The 2000 Cairde National Venturer Competition was the fourth of its kind. It was held in Larch Hill on the first weekend in July and the competition saw the biggest entry of teams yet. The theme for the weekend was Latin America as everything went El Mexico style. The weekend kicked off on Friday night with a relaxed atmosphere as the teams arrived and set up camp. A Bar-B-Q was laid on to feed our hunger as everyone got reacquainted with old friends and mingled with the other Venturers from around the country.
Saturday morning saw the start of the competition despite the bad weather and occasional monsoons. The bases were spread around Larch Hill and involved all those little aspects of scouting that we learned years ago and have long since forgotten. Luckily they also involved getting soaking wet, covered in paint and generally having great craic. We practiced our first aid and orienteering as well as acting out our own sheep dog triails. One of the highlights of the day was the lesson in Samba drumming which could be heard in Cork. The backwoods cooking base saw everything from kebabs to stews and baked potatoes. Several river crossings and skirmishes later we all trudged back to our tents for a much needed change of clothes and a spot of food. After mass things started to go strange, ponchos, sombreros, and numerous skirts and dresses of unusual taste and colour took over the field. The Latin American invasion had begun as everyone got into costume for the parade to the campfire. Led in by the Latin rhythms of the samba band the campfire was soon in full flow. Every team took part and stories and sketches filled in while the vocal chords recovered after each song. As the last of the songs were heard everyone headed for bed and a good nights sleep.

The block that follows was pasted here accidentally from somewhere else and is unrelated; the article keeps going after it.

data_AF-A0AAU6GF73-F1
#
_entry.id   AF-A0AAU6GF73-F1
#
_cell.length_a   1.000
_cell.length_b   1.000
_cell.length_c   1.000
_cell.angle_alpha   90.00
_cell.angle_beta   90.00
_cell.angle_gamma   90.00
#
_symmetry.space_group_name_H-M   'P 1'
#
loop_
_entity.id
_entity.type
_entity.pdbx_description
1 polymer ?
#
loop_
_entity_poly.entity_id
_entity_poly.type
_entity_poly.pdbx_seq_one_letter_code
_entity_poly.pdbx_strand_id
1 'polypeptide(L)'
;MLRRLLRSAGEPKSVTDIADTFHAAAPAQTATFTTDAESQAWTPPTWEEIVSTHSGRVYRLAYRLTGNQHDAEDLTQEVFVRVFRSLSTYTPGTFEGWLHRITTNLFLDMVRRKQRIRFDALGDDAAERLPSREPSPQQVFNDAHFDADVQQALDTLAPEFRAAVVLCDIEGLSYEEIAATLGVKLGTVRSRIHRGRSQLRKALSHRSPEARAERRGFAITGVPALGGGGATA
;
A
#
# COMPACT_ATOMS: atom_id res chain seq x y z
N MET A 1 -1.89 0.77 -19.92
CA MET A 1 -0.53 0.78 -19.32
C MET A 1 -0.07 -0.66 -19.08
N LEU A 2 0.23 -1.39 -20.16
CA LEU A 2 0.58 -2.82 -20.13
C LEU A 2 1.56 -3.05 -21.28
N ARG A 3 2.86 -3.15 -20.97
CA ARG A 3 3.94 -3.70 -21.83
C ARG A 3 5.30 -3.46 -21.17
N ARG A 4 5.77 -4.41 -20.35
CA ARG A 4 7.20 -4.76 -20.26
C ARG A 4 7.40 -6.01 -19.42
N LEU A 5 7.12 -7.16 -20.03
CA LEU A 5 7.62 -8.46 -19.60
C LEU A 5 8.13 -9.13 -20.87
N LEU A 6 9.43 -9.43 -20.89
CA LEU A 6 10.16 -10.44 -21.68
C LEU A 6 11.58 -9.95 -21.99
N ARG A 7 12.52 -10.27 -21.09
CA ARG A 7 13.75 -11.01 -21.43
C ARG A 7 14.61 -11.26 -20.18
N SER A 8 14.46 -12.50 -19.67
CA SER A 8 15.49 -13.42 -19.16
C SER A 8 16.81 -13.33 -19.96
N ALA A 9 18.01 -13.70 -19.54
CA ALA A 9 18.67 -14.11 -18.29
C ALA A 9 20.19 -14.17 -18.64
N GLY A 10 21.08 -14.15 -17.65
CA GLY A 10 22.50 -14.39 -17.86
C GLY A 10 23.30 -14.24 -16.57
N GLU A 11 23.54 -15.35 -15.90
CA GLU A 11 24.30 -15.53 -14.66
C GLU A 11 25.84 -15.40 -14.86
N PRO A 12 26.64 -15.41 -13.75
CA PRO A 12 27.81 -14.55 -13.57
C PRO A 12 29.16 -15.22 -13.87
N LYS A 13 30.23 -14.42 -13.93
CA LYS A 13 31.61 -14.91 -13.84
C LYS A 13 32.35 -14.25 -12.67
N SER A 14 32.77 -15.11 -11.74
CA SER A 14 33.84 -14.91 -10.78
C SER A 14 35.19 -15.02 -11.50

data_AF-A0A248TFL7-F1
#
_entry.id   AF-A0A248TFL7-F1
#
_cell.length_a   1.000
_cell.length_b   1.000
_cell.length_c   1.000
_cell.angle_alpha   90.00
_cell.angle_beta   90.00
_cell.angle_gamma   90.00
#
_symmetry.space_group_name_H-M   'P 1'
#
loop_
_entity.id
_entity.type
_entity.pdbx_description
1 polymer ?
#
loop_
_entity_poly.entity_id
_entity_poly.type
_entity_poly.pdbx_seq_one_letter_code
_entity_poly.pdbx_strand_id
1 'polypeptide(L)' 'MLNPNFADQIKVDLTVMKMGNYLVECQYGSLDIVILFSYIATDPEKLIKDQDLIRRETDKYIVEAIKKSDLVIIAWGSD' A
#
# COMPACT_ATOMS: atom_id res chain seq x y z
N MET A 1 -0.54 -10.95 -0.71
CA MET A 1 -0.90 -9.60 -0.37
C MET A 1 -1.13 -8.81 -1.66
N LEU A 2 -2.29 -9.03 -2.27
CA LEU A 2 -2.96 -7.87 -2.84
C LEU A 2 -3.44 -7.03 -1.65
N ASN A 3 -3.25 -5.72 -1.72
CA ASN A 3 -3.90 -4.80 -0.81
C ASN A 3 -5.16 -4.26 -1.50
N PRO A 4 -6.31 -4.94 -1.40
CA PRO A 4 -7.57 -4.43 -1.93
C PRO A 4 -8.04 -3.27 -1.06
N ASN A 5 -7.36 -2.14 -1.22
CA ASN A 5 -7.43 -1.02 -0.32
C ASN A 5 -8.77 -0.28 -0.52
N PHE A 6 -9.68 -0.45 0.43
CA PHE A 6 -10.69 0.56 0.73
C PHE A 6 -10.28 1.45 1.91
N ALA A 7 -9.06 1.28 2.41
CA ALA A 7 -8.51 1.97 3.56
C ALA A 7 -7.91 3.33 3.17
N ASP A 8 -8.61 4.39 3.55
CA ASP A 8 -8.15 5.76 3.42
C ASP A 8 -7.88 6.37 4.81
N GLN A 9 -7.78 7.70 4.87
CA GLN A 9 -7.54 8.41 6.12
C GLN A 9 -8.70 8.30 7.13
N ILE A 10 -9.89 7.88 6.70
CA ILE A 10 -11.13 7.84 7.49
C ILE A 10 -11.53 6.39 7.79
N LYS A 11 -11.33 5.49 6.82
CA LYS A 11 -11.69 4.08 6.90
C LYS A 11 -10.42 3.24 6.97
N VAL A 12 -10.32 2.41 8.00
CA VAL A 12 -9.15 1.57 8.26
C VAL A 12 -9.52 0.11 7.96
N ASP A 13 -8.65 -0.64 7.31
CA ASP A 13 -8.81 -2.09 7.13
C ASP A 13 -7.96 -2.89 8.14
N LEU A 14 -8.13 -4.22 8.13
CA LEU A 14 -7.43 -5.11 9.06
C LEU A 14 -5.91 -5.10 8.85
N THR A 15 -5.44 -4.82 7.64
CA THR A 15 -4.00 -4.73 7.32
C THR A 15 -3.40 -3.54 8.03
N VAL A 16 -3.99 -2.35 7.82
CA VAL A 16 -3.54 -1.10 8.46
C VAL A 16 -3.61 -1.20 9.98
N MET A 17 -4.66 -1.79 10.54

Sunday morning started bright, warm and sunny and then turned into the Antarctic only a bit wetter. However it failed to dampen anyone’s spirits as the fun activities jumped into full flight. The prestigious rubber duck race started the games as duck after duck scaled the rapids and waterfalls of the river only to be beaten to the finish line by a hippo. The same hippo was later injured in a car crash as the next event took place – the Remote Control Grand Prix. The wet weather shelter was briefly turned into Silverstone as cars of every make and size battled it out. However the greatest battle was left to last, The Foxy Boxarama in Jelly contest. Chickens and wimps steered clear as the most viscious fighting event of the year got under way. When the dust finally settled there was only time to drop our tents and await the results of the weekend. In the end it was the De La Salle Venturer Group from Waterford that won the Cairde Trophy.